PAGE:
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Molinaro to Social Security Administration: Stop Prosecuting Seniors for Your Mistakes

The Social Security Administration Has Overpaid Billions of Dollars to Seniors. Now They Are Demanding Their Money Back.

Washington, DC – U.S. Rep. Marc Molinaro (NY-19) today launched an effort to stop the Social Security Administration (SSA) from aggressively prosecuting seniors for mistakes made by the SSA.

In 2021, the SSA made over $2 billion in overpayments to Social Security recipients. When the SSA discovers an overpayment, they send notices to recipients demanding their money back. This has happened to numerous residents in New York’s 19th Congressional District, who have reached out to Rep. Molinaro’s office for assistance. In some cases, the SSA is requesting back thousands of dollars that were paid out over several years.

In a letter to Dr. Kilolo Kijakazi, the Acting Commissioner of the SSA, Rep. Molinaro called on the agency to immediately stop seeking back overpayments and take steps to update its system to prevent future failures.

Rep. Molinaro said, “The Social Security Administration screwed up, and now they’re demanding that seniors pay for the administration’s mistakes. Social Security serves as the primary source of income for thousands of recipients in Upstate New York. Most victims will have no way of ever paying Social Security back. The Social Security Administration needs to stop aggressive prosecutions of seniors and focus on fixing their systems.”

The full text of the letter can be found here:

Dear Acting Commissioner Kijakazi:

As you know, the Social Security Administration (SSA) is the federal agency responsible for managing over $1 trillion in payments to roughly 70 million beneficiaries annually, making the SSA the largest expenditure of taxpayer dollars. With a program this size, overpaying or underpaying even in the smallest amount can result in billions of dollars in improper payments. Moreover, when an individual is then forced to repay an improper payment, it can be an incredibly difficult burden on beneficiaries who committed no wrongdoing. I have heard from many of my constituents of instances in which they are being told to repay tens of thousands of dollars in improper payments that were sent by the SSA. This is absolutely unfair to the Americans who unknowingly received overpayments from the SSA, and this must be addressed immediately.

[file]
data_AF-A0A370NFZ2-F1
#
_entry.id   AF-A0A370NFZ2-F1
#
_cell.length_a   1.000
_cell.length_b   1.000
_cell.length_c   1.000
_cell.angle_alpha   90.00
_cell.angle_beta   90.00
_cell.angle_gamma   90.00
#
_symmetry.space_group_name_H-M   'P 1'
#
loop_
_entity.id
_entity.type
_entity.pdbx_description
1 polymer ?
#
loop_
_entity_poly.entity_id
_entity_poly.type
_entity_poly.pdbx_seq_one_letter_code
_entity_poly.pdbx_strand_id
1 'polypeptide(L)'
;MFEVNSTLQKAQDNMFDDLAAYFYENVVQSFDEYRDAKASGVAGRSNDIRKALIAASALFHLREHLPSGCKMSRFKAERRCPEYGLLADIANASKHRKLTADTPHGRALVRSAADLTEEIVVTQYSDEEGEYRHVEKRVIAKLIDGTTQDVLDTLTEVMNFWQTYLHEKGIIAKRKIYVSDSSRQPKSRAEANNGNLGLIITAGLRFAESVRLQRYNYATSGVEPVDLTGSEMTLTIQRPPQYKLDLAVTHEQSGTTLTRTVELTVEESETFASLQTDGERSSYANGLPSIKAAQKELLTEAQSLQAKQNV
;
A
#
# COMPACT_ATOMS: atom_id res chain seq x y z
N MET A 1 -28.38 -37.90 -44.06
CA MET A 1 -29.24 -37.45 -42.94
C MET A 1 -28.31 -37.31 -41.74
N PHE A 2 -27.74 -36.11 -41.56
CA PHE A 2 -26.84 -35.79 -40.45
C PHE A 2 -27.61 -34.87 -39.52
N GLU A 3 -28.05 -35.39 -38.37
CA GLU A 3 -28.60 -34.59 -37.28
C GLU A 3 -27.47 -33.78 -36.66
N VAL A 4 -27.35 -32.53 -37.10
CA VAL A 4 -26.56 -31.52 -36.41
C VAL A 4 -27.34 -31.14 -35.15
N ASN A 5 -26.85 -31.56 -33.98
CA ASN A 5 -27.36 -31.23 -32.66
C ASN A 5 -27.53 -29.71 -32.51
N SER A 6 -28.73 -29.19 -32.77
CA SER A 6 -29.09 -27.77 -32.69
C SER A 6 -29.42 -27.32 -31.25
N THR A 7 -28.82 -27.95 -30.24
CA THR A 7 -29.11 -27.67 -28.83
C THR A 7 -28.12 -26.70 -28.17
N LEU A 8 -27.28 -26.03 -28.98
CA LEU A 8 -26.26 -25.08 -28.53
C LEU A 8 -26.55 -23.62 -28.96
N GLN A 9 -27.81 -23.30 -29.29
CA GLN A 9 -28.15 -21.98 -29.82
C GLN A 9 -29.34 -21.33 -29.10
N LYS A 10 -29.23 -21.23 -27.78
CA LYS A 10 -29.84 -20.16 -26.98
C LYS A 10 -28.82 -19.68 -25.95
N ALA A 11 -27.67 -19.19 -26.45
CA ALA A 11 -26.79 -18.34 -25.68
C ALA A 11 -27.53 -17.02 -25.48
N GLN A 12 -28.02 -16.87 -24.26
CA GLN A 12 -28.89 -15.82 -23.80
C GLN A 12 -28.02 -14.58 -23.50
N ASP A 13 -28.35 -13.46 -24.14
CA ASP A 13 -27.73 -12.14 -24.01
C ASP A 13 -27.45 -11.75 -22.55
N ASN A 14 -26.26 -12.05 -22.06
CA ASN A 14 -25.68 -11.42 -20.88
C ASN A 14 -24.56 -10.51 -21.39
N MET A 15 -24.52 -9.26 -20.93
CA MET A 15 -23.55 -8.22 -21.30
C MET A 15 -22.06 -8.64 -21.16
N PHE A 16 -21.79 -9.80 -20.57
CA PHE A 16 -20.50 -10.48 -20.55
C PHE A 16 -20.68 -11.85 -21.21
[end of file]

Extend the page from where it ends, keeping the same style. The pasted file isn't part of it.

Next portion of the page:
The Payroll Information Exchange (PIE) authorizes the Commissioner of Social Security to enter into data exchanges with commercial payroll data providers to help administer monthly Social Security Disability Insurance (DI) and Supplemental Security Insurance (SSI) benefits accurately. In Fiscal Year (FY) 2021, Social Security’s combined Disability Insurance and Old-Age and Survivors Insurance (OASDI) programs made roughly $2.5 billion in improper payments – $2 billion of which were overpayments. In the same fiscal year, Supplemental Security Insurance (SSI) made more than $4 billion in overpayments. Additionally, the SSA found beneficiaries’ failure to report cases of potential improper payments in the OASDI and SSI programs. A recent report released by the SSA Office of the Inspector General emphasized, “Obtaining data from external sources, such as other federal and state agencies and financial institutions, is critical in preventing and detecting improper payments.”

In 2021, the SSA published a notice of implementation of the PIE in the Federal Register, but no regulations have been published and the PIE has not yet been put into production, despite its authorization to do so in 2015. Congress must strengthen the use of data exchanges with payroll data providers to reduce improper payments, improve the administration of the DI and SSI programs, and alleviate monthly reporting burdens for beneficiaries. The SSA can and should do more to help reduce improper payments and support the standard administration of DI and SSI.

Like many beneficiaries in my district in Upstate New York and across the country, Social Security serves as their financial foundation. Given the importance of the program and the payment integrity issues facing the agency, your agency must make the necessary improvements to modernize its systems and prevent improper payments to beneficiaries.